Police - seeking help for a mental health problem

A guide for police service staff and volunteers on how to seek professional help for a mental health problem.

Your stories

What is mental health and mental wellbeing?

Taryn blogs about mental health and wellbeing. What do they mean to you?

Taryn Ozorio
Posted on 24/01/2011

What decisions can I make?

Making decisions about your treatment should be a conversation, involving both you and your health care professionals. You should expect to have a say in:

Who treats you

Having a good relationship with your GP can be a really important way of getting the right support. If you don’t feel you have a good relationship with your current GP, you can:

  • Ask to see a different doctor. You can do this by asking the receptionist to make you an appointment with a different GP, moving to a different GP surgery, or consider seeking help through the private sector.
  • Ask to talk to a different type of practitioner, like a nurse, specialist mental health worker or practice counsellor.
  • Ask your doctor to refer you to a specialist.
  • Self-refer to another service (in some cases). If you self-refer to a psychological wellbeing service or a community mental health team (CMHT), they will normally carry out another initial assessment to see if they can support you.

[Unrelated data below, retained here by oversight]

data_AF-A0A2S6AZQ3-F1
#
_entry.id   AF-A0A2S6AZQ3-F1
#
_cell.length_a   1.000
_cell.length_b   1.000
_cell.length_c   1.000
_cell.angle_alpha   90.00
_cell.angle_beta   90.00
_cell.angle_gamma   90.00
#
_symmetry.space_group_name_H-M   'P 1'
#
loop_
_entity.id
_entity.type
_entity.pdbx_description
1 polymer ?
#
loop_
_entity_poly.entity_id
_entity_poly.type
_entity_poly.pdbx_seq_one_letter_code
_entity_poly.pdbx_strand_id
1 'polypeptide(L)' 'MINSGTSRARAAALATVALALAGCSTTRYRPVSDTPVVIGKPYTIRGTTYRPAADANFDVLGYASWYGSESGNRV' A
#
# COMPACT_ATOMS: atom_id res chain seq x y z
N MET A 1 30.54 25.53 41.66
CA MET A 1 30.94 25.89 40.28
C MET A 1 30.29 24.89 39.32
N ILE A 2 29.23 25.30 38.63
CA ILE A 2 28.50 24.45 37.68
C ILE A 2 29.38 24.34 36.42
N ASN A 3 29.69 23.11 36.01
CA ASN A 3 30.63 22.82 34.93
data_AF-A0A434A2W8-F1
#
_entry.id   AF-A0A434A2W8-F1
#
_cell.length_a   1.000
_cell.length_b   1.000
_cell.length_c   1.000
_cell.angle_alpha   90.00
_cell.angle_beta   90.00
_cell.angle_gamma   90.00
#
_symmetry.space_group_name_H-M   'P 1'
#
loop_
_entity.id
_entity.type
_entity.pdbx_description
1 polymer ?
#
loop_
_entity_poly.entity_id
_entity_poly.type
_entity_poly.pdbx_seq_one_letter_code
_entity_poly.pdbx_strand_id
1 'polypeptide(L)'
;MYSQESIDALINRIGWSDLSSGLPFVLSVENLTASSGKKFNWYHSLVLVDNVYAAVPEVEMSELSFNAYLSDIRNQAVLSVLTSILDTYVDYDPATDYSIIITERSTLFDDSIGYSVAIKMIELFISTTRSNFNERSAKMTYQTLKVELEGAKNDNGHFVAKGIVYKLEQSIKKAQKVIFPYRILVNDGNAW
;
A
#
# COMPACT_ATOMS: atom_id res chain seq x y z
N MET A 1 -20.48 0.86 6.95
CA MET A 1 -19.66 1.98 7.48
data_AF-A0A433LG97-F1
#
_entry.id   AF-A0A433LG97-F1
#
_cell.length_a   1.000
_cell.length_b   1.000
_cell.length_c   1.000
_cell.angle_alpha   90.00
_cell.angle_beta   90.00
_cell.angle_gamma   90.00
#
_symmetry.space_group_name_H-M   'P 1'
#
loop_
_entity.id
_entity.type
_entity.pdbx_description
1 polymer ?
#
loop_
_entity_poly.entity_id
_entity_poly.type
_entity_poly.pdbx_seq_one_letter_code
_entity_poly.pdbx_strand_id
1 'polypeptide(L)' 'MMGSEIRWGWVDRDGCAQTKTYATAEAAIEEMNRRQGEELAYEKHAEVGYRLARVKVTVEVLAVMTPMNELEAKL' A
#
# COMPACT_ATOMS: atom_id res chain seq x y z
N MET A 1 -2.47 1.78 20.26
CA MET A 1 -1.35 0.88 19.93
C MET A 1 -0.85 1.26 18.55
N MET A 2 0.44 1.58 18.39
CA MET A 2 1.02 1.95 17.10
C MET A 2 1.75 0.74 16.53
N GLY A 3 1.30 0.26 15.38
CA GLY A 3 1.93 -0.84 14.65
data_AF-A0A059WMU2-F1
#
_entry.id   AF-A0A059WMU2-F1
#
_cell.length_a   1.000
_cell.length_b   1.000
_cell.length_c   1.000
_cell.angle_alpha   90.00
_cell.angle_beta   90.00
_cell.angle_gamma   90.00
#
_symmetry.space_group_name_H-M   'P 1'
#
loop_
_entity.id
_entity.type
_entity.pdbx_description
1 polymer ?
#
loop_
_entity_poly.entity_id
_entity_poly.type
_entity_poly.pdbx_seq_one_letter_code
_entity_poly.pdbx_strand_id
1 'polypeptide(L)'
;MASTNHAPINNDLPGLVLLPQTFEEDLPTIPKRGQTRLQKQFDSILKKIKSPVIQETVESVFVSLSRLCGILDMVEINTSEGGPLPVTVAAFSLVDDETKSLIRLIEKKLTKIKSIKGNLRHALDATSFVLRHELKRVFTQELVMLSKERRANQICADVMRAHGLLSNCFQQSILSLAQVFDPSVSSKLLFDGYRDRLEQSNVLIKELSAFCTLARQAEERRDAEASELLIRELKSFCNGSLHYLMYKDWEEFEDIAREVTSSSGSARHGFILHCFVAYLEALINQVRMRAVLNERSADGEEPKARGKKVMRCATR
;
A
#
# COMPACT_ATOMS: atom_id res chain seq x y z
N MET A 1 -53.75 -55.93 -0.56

My practice nurse was great as a go-between with the GP, who then knew how to handle my appointments and where to suggest we go to for help.

What treatment you receive

There are lots of different treatments that can help you manage your mental health. The most common are:

How effective any treatment is differs from person to person, and you might have to try different things before you find out what works for you.

I was involved in choices about my medication. We agreed on a particular antipsychotic because of my issues around weight... and the change happened because of me! That made me feel in charge of my own care.

Where you receive treatment

You can be involved in making sure your treatment is accessible to you.

This could include:

  • asking for home visits
  • choosing a service close to where you live
  • deciding not to accept treatment in a service which is too far away

There may be some limits, such as if a service only exists in certain areas. But your health care team should try to offer you a choice whenever they can, and work with you to find a suitable location for your treatment.

When you receive treatment

Talking treatments

Whatever your treatment is, you should receive it within a reasonable amount of time. However, there can sometimes be long waiting times to access talking treatments through the NHS.

  • You can ask your doctor for an estimate of how long the waiting lists are.
  • If you are worried that waiting for treatment is going to have a serious impact on your wellbeing, you can ask your doctor what extra support they can offer.

If you are finding it very difficult to access the service you want on the NHS, you could think about exploring options through the private sector.


  • You can discuss with your doctor when you will start medication and how long you will take it for.
  • Your doctor should offer you regular appointments to review your medication, but you can ask for a medication review at any time.
  • If you need to see a specialist before taking medication, you can ask your doctor for other support while you are waiting.

(See our pages on medication for more information on what to know before you start taking medication, specific drugs and your right to refuse medication.)

This information was published in September 2015. We will revise it in 2018.

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